“Gardens and chocolate both have mystical qualities.”

May 24, 2016

Zip-a-dee-doo-dah, zip-a-dee-ay, my, oh my, what a wonderful day. I don’t know how exactly, but I managed to get my computer back. Whatever was loading disappeared or loaded. I have no idea. I left the computer on when I went to bed. It said 13 more hours to load. When I woke up, 9 hours later, all was well. I cheered when my screen saver loaded.

Today is damp and a bit chilly. It must have rained during the night. Outside is quiet. I don’t hear a single sound, not even a car.

Yesterday I bought my flowers for the front garden and the herb garden, and I bought a hanging tomato plant for the deck. All the flowers are perennials. Three of them are native plants which attract butterflies. I know one of them is a kind of milkweed. I also bought tall plants for the back of the garden. I couldn’t buy basil yet as it is still in the greenhouse. May 31st is the official date to start planting in New England, and because basil is susceptible to the cold,  the plants will stay in the greenhouse until the 31st.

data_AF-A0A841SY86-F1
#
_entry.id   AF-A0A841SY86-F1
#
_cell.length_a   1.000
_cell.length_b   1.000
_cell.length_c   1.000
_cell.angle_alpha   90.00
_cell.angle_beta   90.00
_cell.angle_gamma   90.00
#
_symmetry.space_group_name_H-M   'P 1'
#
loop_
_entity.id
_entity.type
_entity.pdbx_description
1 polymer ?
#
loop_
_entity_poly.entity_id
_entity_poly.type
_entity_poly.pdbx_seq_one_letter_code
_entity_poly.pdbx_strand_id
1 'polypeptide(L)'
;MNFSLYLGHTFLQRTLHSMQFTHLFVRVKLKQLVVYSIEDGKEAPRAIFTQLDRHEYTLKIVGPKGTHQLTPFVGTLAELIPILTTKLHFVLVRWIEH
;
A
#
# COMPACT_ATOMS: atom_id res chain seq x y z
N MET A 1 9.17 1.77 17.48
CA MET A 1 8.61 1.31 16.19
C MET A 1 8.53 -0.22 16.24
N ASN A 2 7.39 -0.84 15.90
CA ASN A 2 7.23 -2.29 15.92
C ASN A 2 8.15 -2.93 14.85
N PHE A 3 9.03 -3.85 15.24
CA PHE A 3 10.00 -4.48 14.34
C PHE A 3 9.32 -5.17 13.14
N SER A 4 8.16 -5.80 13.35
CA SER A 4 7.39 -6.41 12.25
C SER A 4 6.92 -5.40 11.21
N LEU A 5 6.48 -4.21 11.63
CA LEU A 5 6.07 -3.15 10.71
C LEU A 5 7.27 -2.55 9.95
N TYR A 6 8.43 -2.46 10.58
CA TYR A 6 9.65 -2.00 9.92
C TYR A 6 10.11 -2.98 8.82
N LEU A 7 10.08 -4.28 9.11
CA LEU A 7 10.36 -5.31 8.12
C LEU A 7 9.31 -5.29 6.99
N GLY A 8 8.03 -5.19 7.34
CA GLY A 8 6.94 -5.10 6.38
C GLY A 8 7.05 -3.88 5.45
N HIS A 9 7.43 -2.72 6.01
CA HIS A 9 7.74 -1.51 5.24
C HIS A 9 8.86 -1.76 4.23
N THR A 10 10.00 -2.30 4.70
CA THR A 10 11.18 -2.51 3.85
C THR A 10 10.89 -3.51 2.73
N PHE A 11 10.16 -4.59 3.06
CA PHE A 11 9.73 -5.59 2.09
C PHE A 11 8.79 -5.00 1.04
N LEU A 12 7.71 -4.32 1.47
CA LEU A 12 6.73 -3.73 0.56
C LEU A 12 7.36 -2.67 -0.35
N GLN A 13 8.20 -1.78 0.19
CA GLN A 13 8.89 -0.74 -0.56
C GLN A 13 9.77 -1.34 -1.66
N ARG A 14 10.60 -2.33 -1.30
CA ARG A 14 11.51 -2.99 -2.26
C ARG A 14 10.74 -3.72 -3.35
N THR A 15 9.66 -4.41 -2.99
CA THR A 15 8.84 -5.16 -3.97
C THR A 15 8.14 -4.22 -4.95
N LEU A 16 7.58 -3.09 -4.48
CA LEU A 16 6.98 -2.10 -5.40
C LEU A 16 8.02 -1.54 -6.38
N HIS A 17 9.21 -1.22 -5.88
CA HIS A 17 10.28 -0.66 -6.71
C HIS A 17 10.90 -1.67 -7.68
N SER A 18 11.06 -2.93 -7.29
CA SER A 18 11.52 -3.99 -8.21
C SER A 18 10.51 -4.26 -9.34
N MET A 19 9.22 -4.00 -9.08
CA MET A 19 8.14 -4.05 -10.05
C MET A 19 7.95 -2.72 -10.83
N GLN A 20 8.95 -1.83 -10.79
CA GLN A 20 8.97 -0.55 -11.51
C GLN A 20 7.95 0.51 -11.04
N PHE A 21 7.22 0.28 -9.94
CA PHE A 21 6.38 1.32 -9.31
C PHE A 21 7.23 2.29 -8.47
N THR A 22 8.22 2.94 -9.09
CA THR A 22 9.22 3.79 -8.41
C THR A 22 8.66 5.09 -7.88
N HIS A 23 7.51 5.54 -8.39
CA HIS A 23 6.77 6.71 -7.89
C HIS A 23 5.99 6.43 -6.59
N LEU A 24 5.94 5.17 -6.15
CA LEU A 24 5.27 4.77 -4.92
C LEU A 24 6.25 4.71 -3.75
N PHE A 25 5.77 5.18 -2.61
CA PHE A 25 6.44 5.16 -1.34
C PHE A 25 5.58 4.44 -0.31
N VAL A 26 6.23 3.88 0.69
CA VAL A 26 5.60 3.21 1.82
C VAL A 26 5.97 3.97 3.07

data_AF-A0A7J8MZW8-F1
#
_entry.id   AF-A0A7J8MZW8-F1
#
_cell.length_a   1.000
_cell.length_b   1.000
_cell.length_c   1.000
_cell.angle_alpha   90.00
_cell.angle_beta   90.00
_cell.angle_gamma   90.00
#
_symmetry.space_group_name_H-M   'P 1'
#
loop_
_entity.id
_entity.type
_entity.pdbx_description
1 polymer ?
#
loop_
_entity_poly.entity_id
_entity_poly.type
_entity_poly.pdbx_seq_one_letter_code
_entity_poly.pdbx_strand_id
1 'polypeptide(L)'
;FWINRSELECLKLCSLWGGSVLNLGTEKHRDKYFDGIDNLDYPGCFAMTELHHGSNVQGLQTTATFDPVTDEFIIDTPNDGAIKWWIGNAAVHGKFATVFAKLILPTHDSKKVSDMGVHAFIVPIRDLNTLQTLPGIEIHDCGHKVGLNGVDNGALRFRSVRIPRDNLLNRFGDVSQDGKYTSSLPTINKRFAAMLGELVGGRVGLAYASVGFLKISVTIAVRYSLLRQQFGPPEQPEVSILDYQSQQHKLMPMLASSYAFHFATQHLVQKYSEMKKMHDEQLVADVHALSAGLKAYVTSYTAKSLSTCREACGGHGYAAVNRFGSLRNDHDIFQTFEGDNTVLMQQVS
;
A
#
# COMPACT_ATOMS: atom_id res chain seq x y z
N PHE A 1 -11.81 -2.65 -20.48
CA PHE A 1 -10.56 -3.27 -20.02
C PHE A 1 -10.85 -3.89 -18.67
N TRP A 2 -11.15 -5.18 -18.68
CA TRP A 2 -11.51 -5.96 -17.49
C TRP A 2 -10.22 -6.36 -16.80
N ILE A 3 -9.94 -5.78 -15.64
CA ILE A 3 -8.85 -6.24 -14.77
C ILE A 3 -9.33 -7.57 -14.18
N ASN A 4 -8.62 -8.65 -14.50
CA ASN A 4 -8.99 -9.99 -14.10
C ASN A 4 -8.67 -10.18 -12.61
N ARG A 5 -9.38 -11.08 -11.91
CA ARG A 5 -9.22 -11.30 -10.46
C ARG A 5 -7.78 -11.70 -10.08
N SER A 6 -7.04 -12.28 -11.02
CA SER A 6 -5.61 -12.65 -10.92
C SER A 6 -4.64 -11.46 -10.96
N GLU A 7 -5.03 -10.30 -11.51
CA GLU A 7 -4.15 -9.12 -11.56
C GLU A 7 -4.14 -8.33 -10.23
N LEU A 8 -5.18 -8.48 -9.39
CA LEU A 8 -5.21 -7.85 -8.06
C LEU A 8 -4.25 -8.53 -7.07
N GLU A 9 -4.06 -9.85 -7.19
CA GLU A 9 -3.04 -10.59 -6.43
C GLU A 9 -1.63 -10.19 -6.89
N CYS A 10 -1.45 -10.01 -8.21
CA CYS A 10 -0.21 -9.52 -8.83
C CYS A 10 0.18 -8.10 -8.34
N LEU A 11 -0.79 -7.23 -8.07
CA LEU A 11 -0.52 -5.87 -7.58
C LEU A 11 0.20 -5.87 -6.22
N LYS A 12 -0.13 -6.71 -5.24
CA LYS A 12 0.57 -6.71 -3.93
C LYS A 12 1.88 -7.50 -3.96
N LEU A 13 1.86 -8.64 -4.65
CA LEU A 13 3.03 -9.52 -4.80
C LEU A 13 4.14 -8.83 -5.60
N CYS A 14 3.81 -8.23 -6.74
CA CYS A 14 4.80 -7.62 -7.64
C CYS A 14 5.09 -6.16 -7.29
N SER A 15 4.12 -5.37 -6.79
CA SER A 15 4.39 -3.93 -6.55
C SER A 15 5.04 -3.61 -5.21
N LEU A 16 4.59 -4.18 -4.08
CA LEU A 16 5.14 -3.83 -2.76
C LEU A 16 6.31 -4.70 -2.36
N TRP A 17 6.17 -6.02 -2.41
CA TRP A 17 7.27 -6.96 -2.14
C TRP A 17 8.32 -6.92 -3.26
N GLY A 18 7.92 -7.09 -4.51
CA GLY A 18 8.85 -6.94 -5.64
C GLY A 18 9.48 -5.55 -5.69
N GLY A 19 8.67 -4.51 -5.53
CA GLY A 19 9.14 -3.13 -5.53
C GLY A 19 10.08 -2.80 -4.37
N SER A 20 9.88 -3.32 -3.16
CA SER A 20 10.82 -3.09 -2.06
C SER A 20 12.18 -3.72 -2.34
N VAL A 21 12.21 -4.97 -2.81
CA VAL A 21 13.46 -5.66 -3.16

A woman working in the garden chose some plants for me. She even used their Latin names. I was thunderstruck and quite awed.

I don’t remember when I first discovered you could buy live herbs. It was quite the revelation. I grew up in a pansy garden house. My dad dutifully planted them in front every year. They were evenly spaced and in a variety of colors. Years later, in a different house, my mother planted a garden right by the kitchen windows. It was filled with flowers and a statue of St. Francis holding his seed filled hands out to the birds. Maggie, another dog of mine, discovered the garden. She horrified my mother by wandering among the plants which were so tightly arranged they left little room for visitors. I had to go get Maggie several times. My dad finally put up a fence around the opening. I loved that little garden right outside the windows.